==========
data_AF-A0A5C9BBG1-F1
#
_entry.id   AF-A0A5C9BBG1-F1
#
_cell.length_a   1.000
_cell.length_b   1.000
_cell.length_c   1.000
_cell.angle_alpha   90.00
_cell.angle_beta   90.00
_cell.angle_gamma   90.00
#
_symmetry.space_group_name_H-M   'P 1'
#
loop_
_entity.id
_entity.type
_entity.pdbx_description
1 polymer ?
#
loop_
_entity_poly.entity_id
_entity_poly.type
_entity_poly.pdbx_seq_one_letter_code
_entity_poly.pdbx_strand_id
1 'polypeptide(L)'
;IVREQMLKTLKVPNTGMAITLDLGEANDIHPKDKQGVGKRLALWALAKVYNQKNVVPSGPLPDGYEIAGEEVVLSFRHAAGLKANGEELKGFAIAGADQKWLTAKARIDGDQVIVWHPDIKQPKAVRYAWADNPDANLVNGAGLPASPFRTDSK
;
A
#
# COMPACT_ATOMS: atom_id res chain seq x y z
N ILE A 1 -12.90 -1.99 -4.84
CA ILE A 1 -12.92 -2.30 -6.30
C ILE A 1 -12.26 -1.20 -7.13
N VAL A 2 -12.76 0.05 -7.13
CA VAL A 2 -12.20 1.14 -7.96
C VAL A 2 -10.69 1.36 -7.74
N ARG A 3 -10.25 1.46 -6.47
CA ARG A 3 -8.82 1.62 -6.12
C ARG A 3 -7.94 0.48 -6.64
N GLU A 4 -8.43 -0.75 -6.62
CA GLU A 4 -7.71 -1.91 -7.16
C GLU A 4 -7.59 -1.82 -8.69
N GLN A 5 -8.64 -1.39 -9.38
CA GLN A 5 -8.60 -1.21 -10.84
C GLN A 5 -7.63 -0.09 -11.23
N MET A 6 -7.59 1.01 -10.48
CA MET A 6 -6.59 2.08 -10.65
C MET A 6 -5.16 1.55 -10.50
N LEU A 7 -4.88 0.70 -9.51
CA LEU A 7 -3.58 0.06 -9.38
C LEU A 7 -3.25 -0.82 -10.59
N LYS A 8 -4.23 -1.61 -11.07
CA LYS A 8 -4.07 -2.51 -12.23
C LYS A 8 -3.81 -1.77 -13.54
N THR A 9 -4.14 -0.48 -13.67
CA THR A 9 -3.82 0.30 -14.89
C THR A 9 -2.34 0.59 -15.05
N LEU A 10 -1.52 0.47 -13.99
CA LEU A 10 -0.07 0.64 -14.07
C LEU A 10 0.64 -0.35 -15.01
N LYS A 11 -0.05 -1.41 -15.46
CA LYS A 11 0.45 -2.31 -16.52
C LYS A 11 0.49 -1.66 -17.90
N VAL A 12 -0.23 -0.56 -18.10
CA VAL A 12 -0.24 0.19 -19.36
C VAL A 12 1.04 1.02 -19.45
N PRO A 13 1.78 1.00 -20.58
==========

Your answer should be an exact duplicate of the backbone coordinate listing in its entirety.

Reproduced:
data_AF-A0A5C9BBG1-F1
#
_entry.id   AF-A0A5C9BBG1-F1
#
_cell.length_a   1.000
_cell.length_b   1.000
_cell.length_c   1.000
_cell.angle_alpha   90.00
_cell.angle_beta   90.00
_cell.angle_gamma   90.00
#
_symmetry.space_group_name_H-M   'P 1'
#
loop_
_entity.id
_entity.type
_entity.pdbx_description
1 polymer ?
#
loop_
_entity_poly.entity_id
_entity_poly.type
_entity_poly.pdbx_seq_one_letter_code
_entity_poly.pdbx_strand_id
1 'polypeptide(L)'
;IVREQMLKTLKVPNTGMAITLDLGEANDIHPKDKQGVGKRLALWALAKVYNQKNVVPSGPLPDGYEIAGEEVVLSFRHAAGLKANGEELKGFAIAGADQKWLTAKARIDGDQVIVWHPDIKQPKAVRYAWADNPDANLVNGAGLPASPFRTDSK
;
A
#
# COMPACT_ATOMS: atom_id res chain seq x y z
N ILE A 1 -12.90 -1.99 -4.84
CA ILE A 1 -12.92 -2.30 -6.30
C ILE A 1 -12.26 -1.20 -7.13
N VAL A 2 -12.76 0.05 -7.13
CA VAL A 2 -12.20 1.14 -7.96
C VAL A 2 -10.69 1.36 -7.74
N ARG A 3 -10.25 1.46 -6.47
CA ARG A 3 -8.82 1.62 -6.12
C ARG A 3 -7.94 0.48 -6.64
N GLU A 4 -8.43 -0.75 -6.62
CA GLU A 4 -7.71 -1.91 -7.16
C GLU A 4 -7.59 -1.82 -8.69
N GLN A 5 -8.64 -1.39 -9.38
CA GLN A 5 -8.60 -1.21 -10.84
C GLN A 5 -7.63 -0.09 -11.23
N MET A 6 -7.59 1.01 -10.48
CA MET A 6 -6.59 2.08 -10.65
C MET A 6 -5.16 1.55 -10.50
N LEU A 7 -4.88 0.70 -9.51
CA LEU A 7 -3.58 0.06 -9.38
C LEU A 7 -3.25 -0.82 -10.59
N LYS A 8 -4.23 -1.61 -11.07
CA LYS A 8 -4.07 -2.51 -12.23
C LYS A 8 -3.81 -1.77 -13.54
N THR A 9 -4.14 -0.48 -13.67
CA THR A 9 -3.82 0.30 -14.89
C THR A 9 -2.34 0.59 -15.05
N LEU A 10 -1.52 0.47 -13.99
CA LEU A 10 -0.07 0.64 -14.07
C LEU A 10 0.64 -0.35 -15.01
N LYS A 11 -0.05 -1.41 -15.46
CA LYS A 11 0.45 -2.31 -16.52
C LYS A 11 0.49 -1.66 -17.90
N VAL A 12 -0.23 -0.56 -18.10
CA VAL A 12 -0.24 0.19 -19.36
C VAL A 12 1.04 1.02 -19.45
N PRO A 13 1.78 1.00 -20.58